Even if you cannot get out of the house you can still use your piano playing skills to reach out to others, and find the company you crave. For example, you can give piano lessons over Skype or even join an online collaborative orchestra.

Helps you to become more empathetic

Sadly, in the modern world we spend quite a bit of our day in an irritated state. We get impatient standing in queues or sitting in traffic. The noise of the person next to you on the train drives you nuts. That persistent ad you keep getting on your phone has gotten more than a bit annoying…..you get the picture…. so I am going to stop listing the annoyances now, before I start getting on your nerves too.

The problem is that this agitated, irritable, impatient state becomes our norm. We spend so much time in that state that it becomes who we are. The fact we spend so much of our day in this state of mind makes us harder as people, less caring, less empathetic.

Playing the piano is a great way to lift yourself out of that state. When you play you engage with the music and start to release some of that negative pent up emotion.

In addition, you start to express some positive emotions through your playing. When you play a light, bright piece, you feel happy and joyful. Whereas, if you play a sad piece you feel a little sorrowful.

Playing helps you to express and experience a range of emotions that you would not otherwise feel. It broadens your emotional horizons, and can make you a more reflective person. If you let it playing music can give you the ability to better understand how others feel, and become a more thoughtful and empathetic person, as a result.

Studies, show that children who play in an orchestra or band are generally more empathetic than those who do not. There is research going on to find out if letting prisoners play music can improve how they feel, and respond to others.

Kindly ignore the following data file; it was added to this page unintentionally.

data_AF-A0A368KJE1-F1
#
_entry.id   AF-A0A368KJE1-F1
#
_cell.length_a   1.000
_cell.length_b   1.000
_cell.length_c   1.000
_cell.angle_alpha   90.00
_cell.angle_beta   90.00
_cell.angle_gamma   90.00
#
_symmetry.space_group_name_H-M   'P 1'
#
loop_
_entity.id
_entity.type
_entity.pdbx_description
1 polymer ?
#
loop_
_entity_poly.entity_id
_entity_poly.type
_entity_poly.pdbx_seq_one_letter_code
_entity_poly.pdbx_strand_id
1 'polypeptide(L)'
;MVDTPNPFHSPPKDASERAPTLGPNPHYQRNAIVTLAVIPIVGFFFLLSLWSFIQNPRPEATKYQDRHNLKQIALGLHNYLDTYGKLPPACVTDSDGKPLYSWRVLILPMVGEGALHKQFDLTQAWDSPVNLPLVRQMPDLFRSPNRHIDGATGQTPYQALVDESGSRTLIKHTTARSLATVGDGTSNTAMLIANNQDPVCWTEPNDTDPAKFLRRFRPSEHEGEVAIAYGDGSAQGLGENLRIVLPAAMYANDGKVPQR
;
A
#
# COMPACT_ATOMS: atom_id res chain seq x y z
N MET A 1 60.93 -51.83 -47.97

Playing the piano improves language skills

Studies show that children who learn to play the piano have a broader vocabulary than those who don’t. This is definitely the case if they start to learn to play before the age of 7. Adults that have piano training have also been shown to be able to learn a second language than those who do not play.

This is thought to be because the areas of the brain that are stimulated when you play are those that are used to learn a new language. Studies into this connection are ongoing, so expect to see this page updated once we see more results published.

Playing keyboard improves hearing

As we already mentioned, playing an instrument improves your listening skills, but did you realize that it can also help those that suffer from hearing loss? In 2013, Nina Kraus, a highly qualified professor of otolaryngology, and several other connected disciplines, carried out an interesting study. She found that musicians with hearing loss were able to better cope with noisy environments than those who could not play an instrument.

Musicians, who suffered from hearing loss, were better able to filter out background noise, and focus on the spoken word than the non-musicians were. They had the ability to recognize which part of the general hubbub were important and hone in on it, so they could follow what was being said. They were only able to do this because that is what they had been doing with music, for years.

The professor, and several other hearing experts, are exploring whether adults with hearing loss who start to learn to play the piano or other instruments could improve their ability to cope. Of course, the act of learning to play and instrument will not reverse the physical damage that led to the hearing loss. However, playing an instrument does exercise the parts of the brain used to take what is heard, and translate it into something the brain understands. The net result being that the ability to understand more of what is going on is improved. Studies into this are ongoing, so we will update you when we see more of the results.

The other benefits

As you can see the benefits of playing the piano are many, and varied. If you have not yet started to learn to play we strongly urge you to do so, the sooner you start the faster you will benefit.

A great way to get started

If you want to learn piano, just click the link. You will be taken to an innovative way to learn to play piano called Playground Session, and begin to reap the benefits of doing so.

The great thing about this particular piano learning resource is that it is fun. You get to learn to play using modern music. Popular songs that you already know well, which helps to speed up the learning process.

It is one of the most innovative ways to learn to play the piano. The creators of this program have used new technology to provide you with lessons that can be tailored to your skill level. You learn at your own pace, and the program checks progress and tells you how to improve fast.